“This is one of the greatest paintings in the late part of his career, which has a kind of more personal, more intimate quality to it,” Adams told Kiechel in a recorded interview. “The composition is extraordinary. Benton had this amazing way of creating visual rhythms and movement that run through the composition, that leads your eyes in endless circular movements on the surface ... That's quite fascinating in terms of his influence on Jackson Pollock.”
Pollock, along with Andy Warhol, the most famous American artists of the second half of the 20th century, studied with Benton at New York’s Art Students League, beginning in 1930. The artists remained in contact until Pollock’s 1956 death. Benton’s influence on Pollock’s work has been widely analyzed by curators and scholars, especially Adams, who authored the book “Tom and Jack: The Intertwined Lives of Thomas Hart Benton and Jackson Pollock.”
The personal nature of “Butterfly Chaser” starts with the tiny depiction of young Jessie in the upper left quadrant, and it extends through the ocean view, hills, intertwined branches, rocks and debris that make up the rest of the painting.
“It’s a Martha’s Vineyard scene,” Kiechel said. “The Benton family used to spend a good portion of the year on the Vineyard, from May to September-October, when the Kansas City school system would call, asking where the children were.”
On another level, Adams said, the painting reflects Benton’s life in 1951 when abstract expressionism, led by Pollock, who Jessie said would call her father drunk in the middle of the night, had taken over the art world.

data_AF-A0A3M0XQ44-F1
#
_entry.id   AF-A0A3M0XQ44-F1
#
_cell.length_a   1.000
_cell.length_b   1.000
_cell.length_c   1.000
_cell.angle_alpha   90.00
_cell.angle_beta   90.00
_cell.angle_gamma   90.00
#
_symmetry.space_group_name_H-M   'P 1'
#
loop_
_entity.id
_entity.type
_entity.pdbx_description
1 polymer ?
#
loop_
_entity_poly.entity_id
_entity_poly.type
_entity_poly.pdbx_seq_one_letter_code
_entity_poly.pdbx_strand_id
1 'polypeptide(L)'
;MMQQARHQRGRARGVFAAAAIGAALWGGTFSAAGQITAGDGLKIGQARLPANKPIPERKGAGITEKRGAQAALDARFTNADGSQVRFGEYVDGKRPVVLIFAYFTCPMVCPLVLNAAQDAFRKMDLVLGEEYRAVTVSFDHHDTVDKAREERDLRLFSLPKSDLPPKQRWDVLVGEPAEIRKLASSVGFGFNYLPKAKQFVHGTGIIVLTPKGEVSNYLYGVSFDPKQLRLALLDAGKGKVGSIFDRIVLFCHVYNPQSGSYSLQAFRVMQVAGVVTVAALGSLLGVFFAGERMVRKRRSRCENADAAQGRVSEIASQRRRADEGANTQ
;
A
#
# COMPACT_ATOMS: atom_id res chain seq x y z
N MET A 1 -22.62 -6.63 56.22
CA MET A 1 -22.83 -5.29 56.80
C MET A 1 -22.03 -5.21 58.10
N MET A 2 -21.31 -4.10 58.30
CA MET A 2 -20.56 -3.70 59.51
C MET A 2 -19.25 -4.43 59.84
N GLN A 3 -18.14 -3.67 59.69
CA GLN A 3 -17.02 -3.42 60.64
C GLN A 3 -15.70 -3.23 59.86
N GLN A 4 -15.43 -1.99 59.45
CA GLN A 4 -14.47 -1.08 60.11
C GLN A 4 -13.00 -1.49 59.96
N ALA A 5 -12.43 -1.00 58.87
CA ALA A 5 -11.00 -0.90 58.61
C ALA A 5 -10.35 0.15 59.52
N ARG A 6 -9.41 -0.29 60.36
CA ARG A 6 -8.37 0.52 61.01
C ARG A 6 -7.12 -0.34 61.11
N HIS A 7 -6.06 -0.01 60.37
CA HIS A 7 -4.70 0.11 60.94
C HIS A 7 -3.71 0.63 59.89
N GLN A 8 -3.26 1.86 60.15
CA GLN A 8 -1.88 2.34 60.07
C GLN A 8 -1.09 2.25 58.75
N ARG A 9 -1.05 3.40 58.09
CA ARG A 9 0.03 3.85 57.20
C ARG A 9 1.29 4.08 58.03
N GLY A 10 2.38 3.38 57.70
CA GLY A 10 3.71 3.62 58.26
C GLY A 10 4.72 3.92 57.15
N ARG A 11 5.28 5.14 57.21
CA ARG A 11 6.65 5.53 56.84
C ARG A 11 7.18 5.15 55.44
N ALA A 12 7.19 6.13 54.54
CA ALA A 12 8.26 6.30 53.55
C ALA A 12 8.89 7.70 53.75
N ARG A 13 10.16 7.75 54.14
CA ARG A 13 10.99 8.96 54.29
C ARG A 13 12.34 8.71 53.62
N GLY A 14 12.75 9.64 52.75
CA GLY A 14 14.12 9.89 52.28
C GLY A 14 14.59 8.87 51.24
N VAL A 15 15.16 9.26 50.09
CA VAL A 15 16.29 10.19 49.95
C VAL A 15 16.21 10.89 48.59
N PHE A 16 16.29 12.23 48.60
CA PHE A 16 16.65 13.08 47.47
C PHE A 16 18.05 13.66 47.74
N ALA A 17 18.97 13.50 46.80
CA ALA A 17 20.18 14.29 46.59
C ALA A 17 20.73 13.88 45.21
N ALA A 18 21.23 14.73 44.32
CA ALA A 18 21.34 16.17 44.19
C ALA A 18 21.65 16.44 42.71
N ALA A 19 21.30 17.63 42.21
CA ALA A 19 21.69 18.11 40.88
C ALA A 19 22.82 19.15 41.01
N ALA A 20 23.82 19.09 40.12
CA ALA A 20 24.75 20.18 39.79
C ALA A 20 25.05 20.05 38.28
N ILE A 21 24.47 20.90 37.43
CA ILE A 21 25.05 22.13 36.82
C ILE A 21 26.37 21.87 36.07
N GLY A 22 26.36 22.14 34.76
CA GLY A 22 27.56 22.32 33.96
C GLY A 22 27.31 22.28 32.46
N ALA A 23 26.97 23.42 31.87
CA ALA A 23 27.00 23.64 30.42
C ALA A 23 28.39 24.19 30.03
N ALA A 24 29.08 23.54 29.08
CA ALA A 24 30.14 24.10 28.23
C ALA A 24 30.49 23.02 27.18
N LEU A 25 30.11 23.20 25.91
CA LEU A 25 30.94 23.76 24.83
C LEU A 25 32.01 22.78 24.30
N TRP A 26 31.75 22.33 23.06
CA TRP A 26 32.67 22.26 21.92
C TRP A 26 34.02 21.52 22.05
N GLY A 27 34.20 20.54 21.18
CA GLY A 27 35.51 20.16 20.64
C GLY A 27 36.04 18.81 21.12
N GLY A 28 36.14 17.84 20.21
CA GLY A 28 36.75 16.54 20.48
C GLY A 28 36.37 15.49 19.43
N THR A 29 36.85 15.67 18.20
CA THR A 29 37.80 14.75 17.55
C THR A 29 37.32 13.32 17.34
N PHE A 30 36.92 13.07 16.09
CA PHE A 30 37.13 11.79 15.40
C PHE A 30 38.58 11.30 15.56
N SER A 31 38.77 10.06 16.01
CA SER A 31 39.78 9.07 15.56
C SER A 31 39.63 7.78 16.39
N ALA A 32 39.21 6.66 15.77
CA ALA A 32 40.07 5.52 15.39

“It has an interesting emotional quality,” Adams said. “This is the point where Benton was being pushed out of center stage in the art world. You're standing where Benton is. You're sort of surrounded by old shoes and tin cans. But then he's looking onward into the distance into the life of his daughter, Jessie, who is chasing butterflies, pursuing her dreams.”
In addition to representing Jessie Benton for more than 20 years, Kiechel Fine Art has also has handled work from the Benton family trust, making the Lincoln gallery one of the primary outlets for Benton’s work anywhere in the world.
“I’ve sold many things for her over the years, this being the largest single painting,” Kiechel said. “This is the greatest thing I’ve ever had from her.”
The asking price for “Butterfly Chaser” was not disclosed. But, in May 2015, “Ozark Autumn,” the last major Benton painting to go on public sale, went for $4,869,000 at auction at Christie’s, one of the three major auction houses. That 1949 oil and tempera on board painting is 20-¾-by-32 inches.
At 30-by-40-inches, the oil and tempera on canvas mounted on panel “Butterfly Chaser” is considerably larger than “Ozark Autumn” and, as a masterwork, likely to sell for well over $5 million.
It’s impossible to say how long “Butterfly Chaser” will be on Kiechel Fine Art’s wall or where it will go from Lincoln.
“It’s here while it’s here,” Kiechel said. “It’s now an active part of the upper echelon of the American art market. It will be here until it’s not. That’s all I can really say.”
Reach the writer at 402-473-7244 or firstname.lastname@example.org. On Twitter @KentWolgamott